LESSONS ON OPERATIONS
from "Great CEO Within" by Matt Mochary
"The greatest risk of a startup is not that they moved too slowly in dominating the entire marketplace, but rather that they spread their scarce resources too thin and ended up securing few or no customers at all."
- Matt Mochary
This wonderful book was recommended to me at the perfect moment by one of my closest friends, my gratitude to him knows no bounds. I've reorganised the book into the following categories, which I feel flows better. I've tailored it for the folks over at the Contentment Foundation, whose work I am grateful for. May you benefit from it as much as I did!
Be efficient, this is a top priority for leadership.
Start with telephone interviews before face to face interviews.
Spend as little time as possible with candidates you don't hire.
Spend as much time as possible with candidates you do hire.
Write down a 90 day roadmap of what the new candidate needs to fill.
Share this roadmap with candidate and gauge excitement or resistance.
All new hires must read the company wiki and lore.
Without physical health, nothing else really matters.
Prioritise practices for mental health and wellbeing.
Encourage everyone to have someone to talk to.
Find a therapist even if you don’t think you need one.
Find a partner who has complementary skills to yours.
If you have ownership, share a significant % of the company.
Do not create a 50/50 partnership, leads to deadlock. Assign ownership.
Create a clear company folder system and Wiki. Assign caretaker.
When you do a process twice, write it down for others.
Values are what you do, not what you say.
Values are only values when tested.
Hire and fire based on values.
If fun is not a value, rethink your values.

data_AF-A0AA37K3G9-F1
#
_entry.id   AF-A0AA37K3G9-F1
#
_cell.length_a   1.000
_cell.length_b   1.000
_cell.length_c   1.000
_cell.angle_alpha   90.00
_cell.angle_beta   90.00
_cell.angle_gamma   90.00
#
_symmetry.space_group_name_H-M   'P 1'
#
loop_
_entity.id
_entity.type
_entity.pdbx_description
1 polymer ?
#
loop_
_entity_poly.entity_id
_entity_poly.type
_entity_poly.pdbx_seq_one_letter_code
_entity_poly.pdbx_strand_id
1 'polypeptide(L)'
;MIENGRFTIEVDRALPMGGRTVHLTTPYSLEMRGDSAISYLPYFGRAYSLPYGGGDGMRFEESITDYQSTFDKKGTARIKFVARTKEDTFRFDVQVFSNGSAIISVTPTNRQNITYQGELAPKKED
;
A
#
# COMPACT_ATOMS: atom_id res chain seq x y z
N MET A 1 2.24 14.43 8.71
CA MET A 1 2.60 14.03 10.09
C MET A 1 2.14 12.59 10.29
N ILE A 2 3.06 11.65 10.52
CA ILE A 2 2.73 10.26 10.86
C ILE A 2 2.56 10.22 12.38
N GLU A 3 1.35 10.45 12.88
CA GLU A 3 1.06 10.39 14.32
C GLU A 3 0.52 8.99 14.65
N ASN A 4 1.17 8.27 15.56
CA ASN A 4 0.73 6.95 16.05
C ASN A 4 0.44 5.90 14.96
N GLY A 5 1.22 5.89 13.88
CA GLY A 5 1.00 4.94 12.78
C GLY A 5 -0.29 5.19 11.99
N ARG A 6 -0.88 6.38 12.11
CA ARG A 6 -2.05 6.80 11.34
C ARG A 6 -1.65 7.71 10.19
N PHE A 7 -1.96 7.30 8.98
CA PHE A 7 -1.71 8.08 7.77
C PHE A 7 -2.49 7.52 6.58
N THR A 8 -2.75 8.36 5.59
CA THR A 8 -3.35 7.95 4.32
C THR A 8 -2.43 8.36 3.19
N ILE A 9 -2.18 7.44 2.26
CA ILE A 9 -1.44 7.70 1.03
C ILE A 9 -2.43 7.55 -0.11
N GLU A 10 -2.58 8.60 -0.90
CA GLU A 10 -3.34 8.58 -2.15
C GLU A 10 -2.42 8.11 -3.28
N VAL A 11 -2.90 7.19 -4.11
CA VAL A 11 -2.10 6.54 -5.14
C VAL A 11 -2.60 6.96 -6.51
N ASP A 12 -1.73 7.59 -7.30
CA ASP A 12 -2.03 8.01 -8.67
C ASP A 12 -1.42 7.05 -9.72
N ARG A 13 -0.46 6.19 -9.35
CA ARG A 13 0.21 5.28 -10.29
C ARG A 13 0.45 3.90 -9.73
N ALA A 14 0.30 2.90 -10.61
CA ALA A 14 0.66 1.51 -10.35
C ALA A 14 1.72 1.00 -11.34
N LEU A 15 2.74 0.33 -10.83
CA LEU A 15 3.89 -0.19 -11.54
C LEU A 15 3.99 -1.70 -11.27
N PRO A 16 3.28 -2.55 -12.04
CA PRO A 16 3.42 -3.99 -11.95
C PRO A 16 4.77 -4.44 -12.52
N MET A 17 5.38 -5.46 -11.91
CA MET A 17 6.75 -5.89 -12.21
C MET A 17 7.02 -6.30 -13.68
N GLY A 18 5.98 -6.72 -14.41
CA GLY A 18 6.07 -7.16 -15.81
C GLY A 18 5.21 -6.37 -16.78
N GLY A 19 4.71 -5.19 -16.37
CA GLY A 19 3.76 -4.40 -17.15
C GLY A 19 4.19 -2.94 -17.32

Don’t forget to celebrate.
Make an effort to publicly acknowledge achievements.
Don’t measure hours, measure output.
Work physically together occasionally to foster serendipity.
Train people on how to have healthy conflict.
Don't hide negative information.
Learn to adapt to optimistic reality, rather than fantasy.
Model documentation culture, so other team members can step in quickly.
Write down one process per week.
Link all processes in a documented spreadsheet.
Let junior people speak first and ask questions.
Be more interested in learning than being right.
Once a quarter, ask people to imagine they are leaders and ask the question:
“What are the 3 most important issues to solve in the next 90 days?
When You Say It Twice-Write It Down
What do you need to document? EVERYTHING.
Ensure no one is indispensable, no single point of failure.
Keep the group goal tracker high level.
Assign projects and define goals.
Never assign someone work without their agreement.
Encourage people to use their own tools to track projects.
Encourage people to use company project management to update others.
Every successful company uses a variant of “Objectives & Key Results”
Objectives and Key Results (OKR)
Set vision and goals for the company, each dept, and each individual.
Develop and Area of Responsibility List (AOR List)
Make this visible to all team members in the company.
When more than one person shares a responsibility, dilutes ownership.
Each person has 3 objectives with 3 key results for each.
Company > Department > Team > Individual… Ensure alignment.